Give yourself some built-in rewards: I try to schedule one fun activity every day. This gives me something to look forward to. It can be as simple as guided meditation on YouTube, or more involved like a getaway weekend with your spouse.
Make a schedule for yourself. Having a routine helps to minimize stress. Keep to a sleep schedule, as quality sleep has a huge impact on your cognitive health. Use a bullet journal to track long term goals and plan out your week in advance.
Planning ahead allows you to cluster similar activities together, which saves you time down the road.
Reach out to old friends. When you’re feeling low, your first instinct will be to retreat. If you’re an introvert like me, you may need to retreat – at least initially – in order to conserve energy. Once you are feeling better, however, it’s important to talk to your friends and be open with them. They can be an amazing source of humor and inspiration.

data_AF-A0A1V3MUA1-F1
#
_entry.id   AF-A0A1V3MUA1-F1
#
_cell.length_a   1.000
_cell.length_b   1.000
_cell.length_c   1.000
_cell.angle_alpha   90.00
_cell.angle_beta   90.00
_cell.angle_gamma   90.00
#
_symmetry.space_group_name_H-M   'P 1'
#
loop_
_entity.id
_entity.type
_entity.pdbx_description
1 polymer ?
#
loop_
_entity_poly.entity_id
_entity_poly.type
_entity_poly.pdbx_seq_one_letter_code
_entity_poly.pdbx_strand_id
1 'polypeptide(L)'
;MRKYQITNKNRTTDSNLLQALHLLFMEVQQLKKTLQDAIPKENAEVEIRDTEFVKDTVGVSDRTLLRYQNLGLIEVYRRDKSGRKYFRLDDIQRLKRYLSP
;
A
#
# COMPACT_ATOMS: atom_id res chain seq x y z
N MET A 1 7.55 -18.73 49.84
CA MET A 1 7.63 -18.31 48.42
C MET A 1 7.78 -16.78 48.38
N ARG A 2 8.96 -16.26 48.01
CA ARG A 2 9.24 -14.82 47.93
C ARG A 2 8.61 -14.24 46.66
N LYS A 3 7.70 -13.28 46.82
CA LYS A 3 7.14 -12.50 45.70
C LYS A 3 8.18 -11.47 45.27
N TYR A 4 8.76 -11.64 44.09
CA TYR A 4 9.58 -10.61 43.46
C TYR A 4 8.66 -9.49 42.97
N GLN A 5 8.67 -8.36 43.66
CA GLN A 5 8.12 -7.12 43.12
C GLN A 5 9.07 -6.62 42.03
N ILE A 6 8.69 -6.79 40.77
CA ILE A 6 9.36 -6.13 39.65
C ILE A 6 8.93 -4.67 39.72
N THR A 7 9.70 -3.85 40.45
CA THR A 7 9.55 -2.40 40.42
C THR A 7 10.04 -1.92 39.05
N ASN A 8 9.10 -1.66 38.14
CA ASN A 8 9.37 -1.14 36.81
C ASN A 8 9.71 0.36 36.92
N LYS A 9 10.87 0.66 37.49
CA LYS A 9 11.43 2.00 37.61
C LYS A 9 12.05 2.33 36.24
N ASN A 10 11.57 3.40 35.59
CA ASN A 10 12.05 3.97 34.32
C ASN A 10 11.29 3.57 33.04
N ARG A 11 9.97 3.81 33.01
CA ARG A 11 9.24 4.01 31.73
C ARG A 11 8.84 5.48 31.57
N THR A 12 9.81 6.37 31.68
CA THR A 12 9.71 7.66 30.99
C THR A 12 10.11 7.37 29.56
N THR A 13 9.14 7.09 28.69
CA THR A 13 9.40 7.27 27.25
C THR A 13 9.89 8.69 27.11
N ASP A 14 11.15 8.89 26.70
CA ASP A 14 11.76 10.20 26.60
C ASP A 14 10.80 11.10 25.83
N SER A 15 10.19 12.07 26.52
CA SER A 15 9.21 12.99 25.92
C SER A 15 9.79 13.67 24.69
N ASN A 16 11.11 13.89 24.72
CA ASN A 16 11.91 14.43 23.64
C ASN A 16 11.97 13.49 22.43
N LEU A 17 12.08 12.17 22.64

Exercise. Even on my lowest days, I find exercise lifts my mood. Ideally you'll want to exercise to the point of sweating, since this level of effort will help release feel-good endorphins.
Tap into the healing powers of music. Music fuels exercise, puts me into a relaxed state and helps me tap into happy nostalgic moments. In Healing at the Speed of Sound, Alex Doman and Don Campbell share the powerful effects of music on patients suffering from terminal illnesses and cardiac disease. As I write this, I’m listening to orchestral Disney Classics on YouTube, and it’s making me feel all the feels 🙂
Find volunteer work. Helping someone else not only benefits the other person, but it shifts your focus away from your own problems. If you take the time to volunteer, you may find yourself connecting with the person you least expect. Becoming a nurse really opened my eyes to all the great advice other people have to offer.
Find any excuse to get out of the house. If you’re a low maintenance person like me, planning an excursion will push you to shower and take care of your hygiene. A change of scenery can also change your perspective.
This could be as easy as getting away to a coffee shop to read for a few hours while your husband watches the kids.
Get out in the sun. You only need about 10 minutes of unprotected exposure to the sun to benefit from the effects of Vitamin D. Even Florence Nightingale would place her patients in the lightest part of the room in order to speed up healing.